Hedge Fund Activism Shows Firms a Better Path
Hedge funds are like the new sheriffs in town in terms of corporate governance. The rise of shareholder activism is apparent from concerns about Apple's cash hoard and teens' smartphone overuse to railroad company CSX being "required" to make a leadership change. New insights are revealed in a study about the mergers and acquisitions strategy of firms that are targeted by shareholder activists. Finance Professor Nickolay Gantchev of SMU Cox and co-authors show that activism deters empire-building acquisitions of targeted firms, an often value-destructive force in public companies.
The growing influence of activists in global capital markets has prompted financial economists to research the drivers of shareholder activism and its role in shaping financial strategy and outcomes. From the end of 2009 to the beginning of 2015, 15% of the firms in the S&P 500 index encountered an activist campaign. Around 50% of S&P 500 firms had an activist on their share register over the same period. The activist trend has been so pervasive that corporate governance experts have suggested: “No recent development has influenced firms’ strategic and financial decision-making as profoundly as the surge in the shareholder activism following the global financial crisis.”
"In terms of governance, mutual funds, pension funds and unions have ceded their role in actively monitoring firms to hedge funds," notes Gantchev. Hedge funds, now leading the charge often with activist campaigns, typically own 5-10% of the listed company, their target. "Hedge funds achieve better outcomes and improve the firms they target," says Gantchev. "They are less constrained as investors, have fewer conflicts of interest, and better incentives to improve the firm's performance."
Empire-building firms are natural targets for activists, according to Gantchev. "Activism and mergers and acquisition (M&A) activity are intertwined," Gantchev observes. "The M&A strategy of a firm is one of the reasons why they get targeted in the first place. If a company has had low returns from past acquisitions or a high number of recent acquisitions, it is more likely to be targeted by activists." This visible, public aspect of the company reveals how management performs and is taken into account by activists.
Activist investors target firms that overinvest in unproductive acquisitions, the authors observe. They studied activist campaigns from 1994-2011 and merger data from 1990 - 2015. They found that some of the targeted firms become merger targets themselves. However those remaining independent exhibit a more disciplined M&A strategy following activism. The study shows that an activism target is about 15% less likely to engage in a takeover in the three-to-four years after activism. This lower M&A likelihood is observed especially in cash bids. Gantchev and co-authors say this is consistent with prior research findings: activists frequently demand a reduction in excess cash and an increase in leverage (debt) at their targets, which limits their availability of capital to pursue acquisitions.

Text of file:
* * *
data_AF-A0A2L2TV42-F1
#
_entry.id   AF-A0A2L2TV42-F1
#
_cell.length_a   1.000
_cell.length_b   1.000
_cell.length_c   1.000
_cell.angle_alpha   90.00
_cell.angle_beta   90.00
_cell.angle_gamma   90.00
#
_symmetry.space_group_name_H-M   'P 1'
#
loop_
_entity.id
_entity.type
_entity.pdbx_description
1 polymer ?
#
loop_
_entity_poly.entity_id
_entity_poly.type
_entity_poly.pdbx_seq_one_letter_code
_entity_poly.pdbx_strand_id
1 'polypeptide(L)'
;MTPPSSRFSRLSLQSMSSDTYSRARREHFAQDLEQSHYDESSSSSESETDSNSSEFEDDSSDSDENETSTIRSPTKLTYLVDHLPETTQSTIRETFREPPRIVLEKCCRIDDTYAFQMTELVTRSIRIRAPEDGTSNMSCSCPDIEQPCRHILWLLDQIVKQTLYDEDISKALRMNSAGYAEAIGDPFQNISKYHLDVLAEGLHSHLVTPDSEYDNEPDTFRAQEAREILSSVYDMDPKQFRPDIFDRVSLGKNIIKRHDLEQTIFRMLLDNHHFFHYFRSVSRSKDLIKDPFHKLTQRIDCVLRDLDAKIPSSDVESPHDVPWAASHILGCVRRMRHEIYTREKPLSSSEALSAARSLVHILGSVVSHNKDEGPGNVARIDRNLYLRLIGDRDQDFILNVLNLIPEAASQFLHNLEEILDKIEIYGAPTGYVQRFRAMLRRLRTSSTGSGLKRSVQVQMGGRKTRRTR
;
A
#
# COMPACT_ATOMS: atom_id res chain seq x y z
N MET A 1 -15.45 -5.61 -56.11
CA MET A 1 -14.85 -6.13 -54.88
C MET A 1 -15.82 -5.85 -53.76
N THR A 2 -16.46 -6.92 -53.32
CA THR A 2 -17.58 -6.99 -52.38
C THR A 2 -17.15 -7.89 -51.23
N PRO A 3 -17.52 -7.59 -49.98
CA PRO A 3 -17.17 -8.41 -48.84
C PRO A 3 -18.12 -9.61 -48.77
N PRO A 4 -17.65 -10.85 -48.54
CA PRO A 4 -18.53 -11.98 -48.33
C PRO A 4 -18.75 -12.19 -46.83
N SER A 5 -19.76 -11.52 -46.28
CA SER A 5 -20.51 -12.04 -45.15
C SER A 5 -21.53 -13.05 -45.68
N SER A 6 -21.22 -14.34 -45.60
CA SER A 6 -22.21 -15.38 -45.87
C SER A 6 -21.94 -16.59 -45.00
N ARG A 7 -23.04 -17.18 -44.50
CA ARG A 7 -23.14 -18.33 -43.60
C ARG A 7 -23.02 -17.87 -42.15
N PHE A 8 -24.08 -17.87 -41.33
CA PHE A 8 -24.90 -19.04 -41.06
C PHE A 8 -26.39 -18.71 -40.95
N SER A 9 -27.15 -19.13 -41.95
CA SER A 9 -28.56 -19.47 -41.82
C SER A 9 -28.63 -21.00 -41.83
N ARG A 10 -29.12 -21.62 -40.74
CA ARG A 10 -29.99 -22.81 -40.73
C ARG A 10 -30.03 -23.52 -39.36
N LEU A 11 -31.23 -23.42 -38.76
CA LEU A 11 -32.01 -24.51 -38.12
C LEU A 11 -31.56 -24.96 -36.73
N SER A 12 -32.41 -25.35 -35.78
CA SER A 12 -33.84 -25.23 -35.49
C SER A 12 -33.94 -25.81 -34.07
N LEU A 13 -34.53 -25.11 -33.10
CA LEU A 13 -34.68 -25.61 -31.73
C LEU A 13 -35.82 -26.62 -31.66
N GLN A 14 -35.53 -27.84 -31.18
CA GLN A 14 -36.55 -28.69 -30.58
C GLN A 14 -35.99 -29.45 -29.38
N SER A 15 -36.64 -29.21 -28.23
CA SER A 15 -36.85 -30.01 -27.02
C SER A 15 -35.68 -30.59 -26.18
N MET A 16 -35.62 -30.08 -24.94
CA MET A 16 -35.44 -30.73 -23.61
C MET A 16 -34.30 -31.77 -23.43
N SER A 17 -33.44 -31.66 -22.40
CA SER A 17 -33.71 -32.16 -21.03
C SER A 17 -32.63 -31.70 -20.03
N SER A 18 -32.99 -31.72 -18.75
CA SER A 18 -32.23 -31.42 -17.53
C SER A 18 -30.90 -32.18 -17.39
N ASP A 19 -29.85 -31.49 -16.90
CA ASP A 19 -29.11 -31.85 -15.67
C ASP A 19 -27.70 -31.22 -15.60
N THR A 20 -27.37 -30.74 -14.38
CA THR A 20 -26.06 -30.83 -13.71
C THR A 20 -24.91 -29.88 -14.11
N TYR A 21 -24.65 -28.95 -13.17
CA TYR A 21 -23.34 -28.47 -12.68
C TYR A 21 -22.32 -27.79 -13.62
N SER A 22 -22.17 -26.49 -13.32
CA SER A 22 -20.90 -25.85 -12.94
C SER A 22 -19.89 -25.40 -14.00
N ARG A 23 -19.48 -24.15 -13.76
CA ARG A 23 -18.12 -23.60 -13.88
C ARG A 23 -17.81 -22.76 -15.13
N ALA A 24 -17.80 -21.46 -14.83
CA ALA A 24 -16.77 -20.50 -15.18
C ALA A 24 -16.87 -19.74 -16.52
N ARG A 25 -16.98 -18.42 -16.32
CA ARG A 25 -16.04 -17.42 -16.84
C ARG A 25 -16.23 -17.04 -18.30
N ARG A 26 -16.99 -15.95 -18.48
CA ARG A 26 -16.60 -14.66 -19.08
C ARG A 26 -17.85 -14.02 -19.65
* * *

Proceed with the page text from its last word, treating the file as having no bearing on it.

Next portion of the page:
Importantly, activists also influence the quality of the deals undertaken. Compared to firms without activist involvement, recent activist targets receive higher announcement returns from the fewer acquisition bids they make after activism. Specifically, these acquirers have three-day announcement returns that are 1.4% higher, compared to firms that are not activist targets. Their deals also outperform acquisitions by non-targeted firms by 11% over the two years after the announcement, even though they do not pay less for their targets.
"The market believes this [activity by activists] is value increasing," Gantchev surmises. "Investors think these acquisitions are better because of the prior engagement of an activist." The result of better performance years later confirms this positive role of activists.
Activists affect the M&A strategy of their targets, resulting in more disciplined capital policies from their campaigns. Gantchev concludes: "Firms with activist influence tend to buy better firms in the future. Put differently, once a firm is targeted by an activist, it tends to have a better M&A strategy."
The study's results suggest that activists perform an important governance role in the market by disciplining inefficient acquirers. Hedge fund activism lowers the value destruction associated with empire building, and ultimately adds more lasting value for shareholders.
The paper "Do Activists Turn Bad Bidders into Good Acquirers?" is authored by Nickolay Gantchev, Southern Methodist University, Cox School of Business; Merih Sevilir, Indiana University, Kelley School of Business; and Anil Shivdasani, University of North Carolina, Kenan-Flagler Business School.
Written by Jennifer Warren.